What is an institution?

An institution is clearly not just a formal organization—informal movements can also count. We can think, for example, of Greenbergian formalism as an institution. In that case, the institution—High Modernist Painting, Inc.—derived its authority from an art-world hierarchy based on social power, intellectual prestige and artistic ambition. Sociologically speaking, and following Weber, an institution can be charismatic, bureaucratic, or anything in between.

One way to think of an institution is as a set of norms or practices. This is what’s meant by institutionalism in the field of international relations (where it is contrasted to realism), and similar to economics (where it’s contrasted to econometrics). Another way is to think of an Institution as an entity that has enduring (i.e. independent) authority and accountability. (This begs the question of whether banks that are too-big-to-fail are actually institutions, since they’re mostly unaccountable.) Interestingly, an institution can also be thought of as an individual, if we follow Simondon and think of individuation as a constant process of binding agencies together—the phrase “incorporation” (making a body out of) suggests how institutionalization is just person-making in a non-biological context and at a larger scale and gives credence to Citizens United.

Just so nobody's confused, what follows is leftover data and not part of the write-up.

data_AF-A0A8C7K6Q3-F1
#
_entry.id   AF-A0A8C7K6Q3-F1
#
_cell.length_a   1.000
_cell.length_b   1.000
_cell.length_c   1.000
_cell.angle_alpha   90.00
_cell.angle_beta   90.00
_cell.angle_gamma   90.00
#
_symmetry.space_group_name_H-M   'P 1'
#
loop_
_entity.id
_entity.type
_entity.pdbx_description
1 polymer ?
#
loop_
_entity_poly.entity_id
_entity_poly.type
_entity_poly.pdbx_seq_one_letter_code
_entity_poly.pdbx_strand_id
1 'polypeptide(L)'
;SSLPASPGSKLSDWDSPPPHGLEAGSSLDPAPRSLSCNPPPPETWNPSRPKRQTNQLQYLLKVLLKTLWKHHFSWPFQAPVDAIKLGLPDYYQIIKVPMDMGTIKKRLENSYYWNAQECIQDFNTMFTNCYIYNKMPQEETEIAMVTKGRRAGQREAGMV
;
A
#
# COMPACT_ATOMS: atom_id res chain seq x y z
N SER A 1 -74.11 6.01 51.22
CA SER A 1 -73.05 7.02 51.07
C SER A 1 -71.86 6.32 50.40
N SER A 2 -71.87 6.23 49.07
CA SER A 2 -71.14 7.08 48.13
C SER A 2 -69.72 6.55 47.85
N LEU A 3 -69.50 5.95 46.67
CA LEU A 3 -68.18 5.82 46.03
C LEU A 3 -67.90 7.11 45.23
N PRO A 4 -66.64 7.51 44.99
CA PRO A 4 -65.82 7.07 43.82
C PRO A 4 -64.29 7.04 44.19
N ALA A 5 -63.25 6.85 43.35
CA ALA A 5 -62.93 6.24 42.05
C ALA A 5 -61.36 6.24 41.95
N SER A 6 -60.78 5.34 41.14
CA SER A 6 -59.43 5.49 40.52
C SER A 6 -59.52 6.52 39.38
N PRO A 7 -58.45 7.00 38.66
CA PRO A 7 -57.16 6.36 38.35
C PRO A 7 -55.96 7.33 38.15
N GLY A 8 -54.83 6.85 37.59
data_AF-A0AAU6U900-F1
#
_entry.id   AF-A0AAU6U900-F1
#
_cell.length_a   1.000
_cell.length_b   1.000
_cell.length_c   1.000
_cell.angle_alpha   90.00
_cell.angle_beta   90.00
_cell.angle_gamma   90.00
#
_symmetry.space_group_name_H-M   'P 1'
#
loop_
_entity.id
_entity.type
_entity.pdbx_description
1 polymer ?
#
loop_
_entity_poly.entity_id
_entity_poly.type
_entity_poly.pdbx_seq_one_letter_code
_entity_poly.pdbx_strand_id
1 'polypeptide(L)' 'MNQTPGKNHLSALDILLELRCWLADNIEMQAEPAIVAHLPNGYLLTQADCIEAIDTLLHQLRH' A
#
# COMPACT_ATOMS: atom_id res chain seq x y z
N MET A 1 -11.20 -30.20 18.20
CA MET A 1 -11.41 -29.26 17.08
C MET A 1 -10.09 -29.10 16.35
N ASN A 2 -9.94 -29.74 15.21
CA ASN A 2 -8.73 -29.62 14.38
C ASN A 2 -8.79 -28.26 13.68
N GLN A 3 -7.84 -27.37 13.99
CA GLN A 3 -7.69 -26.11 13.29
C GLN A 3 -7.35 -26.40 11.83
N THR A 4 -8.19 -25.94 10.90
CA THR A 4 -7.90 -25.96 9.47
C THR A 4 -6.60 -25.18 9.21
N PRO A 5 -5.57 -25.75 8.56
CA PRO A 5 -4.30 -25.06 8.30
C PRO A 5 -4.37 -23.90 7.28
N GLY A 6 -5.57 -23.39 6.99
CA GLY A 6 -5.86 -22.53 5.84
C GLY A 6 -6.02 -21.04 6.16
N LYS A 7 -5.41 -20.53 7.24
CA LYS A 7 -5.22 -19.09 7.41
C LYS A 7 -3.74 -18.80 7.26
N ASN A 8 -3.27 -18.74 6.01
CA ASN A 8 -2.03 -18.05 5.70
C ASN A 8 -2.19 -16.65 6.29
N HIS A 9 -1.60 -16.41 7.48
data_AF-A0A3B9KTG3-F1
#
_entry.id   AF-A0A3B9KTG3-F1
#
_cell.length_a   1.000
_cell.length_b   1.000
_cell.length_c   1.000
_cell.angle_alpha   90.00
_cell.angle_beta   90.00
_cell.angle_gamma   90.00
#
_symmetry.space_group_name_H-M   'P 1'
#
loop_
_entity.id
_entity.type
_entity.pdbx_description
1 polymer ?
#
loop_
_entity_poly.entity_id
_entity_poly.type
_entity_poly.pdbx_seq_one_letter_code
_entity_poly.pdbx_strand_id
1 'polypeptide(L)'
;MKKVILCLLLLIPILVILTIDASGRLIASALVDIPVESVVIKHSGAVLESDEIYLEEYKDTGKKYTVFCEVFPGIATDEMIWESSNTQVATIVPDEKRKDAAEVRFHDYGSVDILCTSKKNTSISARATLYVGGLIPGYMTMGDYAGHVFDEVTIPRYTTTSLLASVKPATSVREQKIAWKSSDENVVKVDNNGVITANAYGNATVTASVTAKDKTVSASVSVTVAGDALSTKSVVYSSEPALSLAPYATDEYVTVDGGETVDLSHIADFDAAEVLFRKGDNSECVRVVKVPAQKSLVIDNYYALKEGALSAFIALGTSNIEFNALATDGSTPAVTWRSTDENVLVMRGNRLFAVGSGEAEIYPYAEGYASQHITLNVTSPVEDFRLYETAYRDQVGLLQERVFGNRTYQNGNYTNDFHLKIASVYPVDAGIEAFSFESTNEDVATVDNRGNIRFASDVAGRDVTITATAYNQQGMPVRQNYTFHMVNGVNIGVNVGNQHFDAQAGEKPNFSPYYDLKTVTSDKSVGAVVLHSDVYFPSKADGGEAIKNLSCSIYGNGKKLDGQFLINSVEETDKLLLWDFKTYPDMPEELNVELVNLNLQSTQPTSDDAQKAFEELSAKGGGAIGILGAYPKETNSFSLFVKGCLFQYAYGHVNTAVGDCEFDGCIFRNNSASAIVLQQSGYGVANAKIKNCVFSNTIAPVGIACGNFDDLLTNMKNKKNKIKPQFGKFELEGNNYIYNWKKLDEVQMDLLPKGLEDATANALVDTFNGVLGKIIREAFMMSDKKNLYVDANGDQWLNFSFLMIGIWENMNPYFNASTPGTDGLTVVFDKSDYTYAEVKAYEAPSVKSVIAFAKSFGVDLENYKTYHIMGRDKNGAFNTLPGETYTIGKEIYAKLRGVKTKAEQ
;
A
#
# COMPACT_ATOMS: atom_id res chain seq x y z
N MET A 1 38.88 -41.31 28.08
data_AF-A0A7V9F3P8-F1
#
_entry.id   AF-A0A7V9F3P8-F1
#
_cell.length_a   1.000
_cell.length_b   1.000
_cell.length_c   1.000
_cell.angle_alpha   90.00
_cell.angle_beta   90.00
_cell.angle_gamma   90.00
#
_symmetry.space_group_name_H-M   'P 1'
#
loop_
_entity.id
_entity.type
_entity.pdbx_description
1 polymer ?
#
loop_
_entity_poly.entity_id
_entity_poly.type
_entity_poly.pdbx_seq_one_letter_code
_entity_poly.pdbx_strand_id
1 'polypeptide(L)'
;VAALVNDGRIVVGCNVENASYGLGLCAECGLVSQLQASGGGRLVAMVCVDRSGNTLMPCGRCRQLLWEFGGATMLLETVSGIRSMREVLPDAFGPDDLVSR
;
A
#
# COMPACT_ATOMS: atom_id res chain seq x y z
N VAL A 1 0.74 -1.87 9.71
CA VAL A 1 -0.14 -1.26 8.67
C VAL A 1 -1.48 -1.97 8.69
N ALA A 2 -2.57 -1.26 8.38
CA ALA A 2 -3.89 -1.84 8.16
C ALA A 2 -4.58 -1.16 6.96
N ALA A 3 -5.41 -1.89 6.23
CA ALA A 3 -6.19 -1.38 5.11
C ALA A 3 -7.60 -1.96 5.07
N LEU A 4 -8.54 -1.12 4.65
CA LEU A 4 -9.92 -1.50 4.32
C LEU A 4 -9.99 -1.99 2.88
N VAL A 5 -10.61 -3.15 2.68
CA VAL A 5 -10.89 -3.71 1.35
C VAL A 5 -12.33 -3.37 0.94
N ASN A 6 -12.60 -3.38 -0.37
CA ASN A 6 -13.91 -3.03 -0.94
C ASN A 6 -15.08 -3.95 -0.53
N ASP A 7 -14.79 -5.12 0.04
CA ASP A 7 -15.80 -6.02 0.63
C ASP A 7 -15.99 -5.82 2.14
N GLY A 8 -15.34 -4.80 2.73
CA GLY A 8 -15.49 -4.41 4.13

As Suhail Malik has shown (definitively, to my mind) contemporary art is defined not just by its indeterminacy but by a periodic pattern of turning to the “real” outside of art—say, psychoanalysis, science, social problems, economic power—and its subsequent reintegration into art world institutions, such as museums, markets and schools. He calls this pattern of escape and co-optation anarcho-realism. A true exit, in his words, would have to be different than anarcho-realism. He thinks that a non-contemporary art would have to be an institutional art. (An overview of an institutional history of art is available here, drawing on Arthur Danto’s philosophy and Howard Singerman’s history. Mark McGurl wrote an account of postwar literary culture in terms of the MFA program. The discussion is also cast in terms of MFA vs NYC.)

Here are some possible models for institutional art. They’re drawn from history and speculation.

Arts and crafts—a celebration of relatively undifferentiated individual labor, with emphasis on skill-based pedagogy.
Industrial arts—the early era of industrial design, with a focus on the World Fairs as machines for public imagination of the future. Partnership with organizations.
Socialist realism—a highly bureaucratized, collective model of production that is opportunistic and agonistic to medium and highly orthodox in content.
Here are some more specific actors who could serve as points of reference:

K-Hole—a writing collective which uses the genre of trend analysis and has become active as a corporate marketing consultant.
Artist Placement Group—a collective focused on placing artists into large corporations in ambiguous roles, both as “incidental persons” and regular employees. (Britain, 1980s).
New Inc—an incubation space for artist-run businesses.
(There are probably many activist groups that I should be more aware of.)
We are in a time of endemic institutional crisis, where the processes of institution-building are changing even as the forms of institutional power seem familiar. This is why people are watching Game of Thrones.